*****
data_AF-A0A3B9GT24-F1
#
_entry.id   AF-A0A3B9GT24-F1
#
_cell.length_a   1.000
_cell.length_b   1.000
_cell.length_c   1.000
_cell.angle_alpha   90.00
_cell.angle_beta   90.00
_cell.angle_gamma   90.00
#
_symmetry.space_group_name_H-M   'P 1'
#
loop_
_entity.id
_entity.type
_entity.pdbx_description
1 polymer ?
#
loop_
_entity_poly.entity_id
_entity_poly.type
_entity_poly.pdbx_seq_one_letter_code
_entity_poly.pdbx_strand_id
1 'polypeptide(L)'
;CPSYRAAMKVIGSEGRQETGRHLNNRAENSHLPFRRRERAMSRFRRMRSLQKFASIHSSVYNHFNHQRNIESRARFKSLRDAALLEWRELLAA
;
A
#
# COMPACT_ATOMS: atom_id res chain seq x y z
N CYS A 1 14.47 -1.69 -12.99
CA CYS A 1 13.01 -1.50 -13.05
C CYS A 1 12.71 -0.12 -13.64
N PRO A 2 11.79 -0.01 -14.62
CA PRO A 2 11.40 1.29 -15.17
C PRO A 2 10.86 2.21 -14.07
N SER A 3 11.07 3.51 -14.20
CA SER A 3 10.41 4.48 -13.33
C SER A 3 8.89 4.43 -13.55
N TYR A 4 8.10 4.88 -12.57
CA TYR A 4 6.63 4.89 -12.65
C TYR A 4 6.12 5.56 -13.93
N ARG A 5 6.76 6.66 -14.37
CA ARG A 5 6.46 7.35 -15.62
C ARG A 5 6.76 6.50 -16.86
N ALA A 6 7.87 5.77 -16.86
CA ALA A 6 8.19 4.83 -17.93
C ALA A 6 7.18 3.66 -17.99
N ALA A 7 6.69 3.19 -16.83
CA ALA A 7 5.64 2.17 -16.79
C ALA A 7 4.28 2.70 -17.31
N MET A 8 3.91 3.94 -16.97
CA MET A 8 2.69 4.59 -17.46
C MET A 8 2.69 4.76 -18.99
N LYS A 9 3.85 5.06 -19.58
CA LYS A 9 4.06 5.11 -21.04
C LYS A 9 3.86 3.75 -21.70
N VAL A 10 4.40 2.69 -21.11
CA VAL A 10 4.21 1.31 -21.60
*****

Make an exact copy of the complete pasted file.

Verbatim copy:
data_AF-A0A3B9GT24-F1
#
_entry.id   AF-A0A3B9GT24-F1
#
_cell.length_a   1.000
_cell.length_b   1.000
_cell.length_c   1.000
_cell.angle_alpha   90.00
_cell.angle_beta   90.00
_cell.angle_gamma   90.00
#
_symmetry.space_group_name_H-M   'P 1'
#
loop_
_entity.id
_entity.type
_entity.pdbx_description
1 polymer ?
#
loop_
_entity_poly.entity_id
_entity_poly.type
_entity_poly.pdbx_seq_one_letter_code
_entity_poly.pdbx_strand_id
1 'polypeptide(L)'
;CPSYRAAMKVIGSEGRQETGRHLNNRAENSHLPFRRRERAMSRFRRMRSLQKFASIHSSVYNHFNHQRNIESRARFKSLRDAALLEWRELLAA
;
A
#
# COMPACT_ATOMS: atom_id res chain seq x y z
N CYS A 1 14.47 -1.69 -12.99
CA CYS A 1 13.01 -1.50 -13.05
C CYS A 1 12.71 -0.12 -13.64
N PRO A 2 11.79 -0.01 -14.62
CA PRO A 2 11.40 1.29 -15.17
C PRO A 2 10.86 2.21 -14.07
N SER A 3 11.07 3.51 -14.20
CA SER A 3 10.41 4.48 -13.33
C SER A 3 8.89 4.43 -13.55
N TYR A 4 8.10 4.88 -12.57
CA TYR A 4 6.63 4.89 -12.65
C TYR A 4 6.12 5.56 -13.93
N ARG A 5 6.76 6.66 -14.37
CA ARG A 5 6.46 7.35 -15.62
C ARG A 5 6.76 6.50 -16.86
N ALA A 6 7.87 5.77 -16.86
CA ALA A 6 8.19 4.83 -17.93
C ALA A 6 7.18 3.66 -17.99
N ALA A 7 6.69 3.19 -16.83
CA ALA A 7 5.64 2.17 -16.79
C ALA A 7 4.28 2.70 -17.31
N MET A 8 3.91 3.94 -16.97
CA MET A 8 2.69 4.59 -17.46
C MET A 8 2.69 4.76 -18.99
N LYS A 9 3.85 5.06 -19.58
CA LYS A 9 4.06 5.11 -21.04
C LYS A 9 3.86 3.75 -21.70
N VAL A 10 4.40 2.69 -21.11
CA VAL A 10 4.21 1.31 -21.60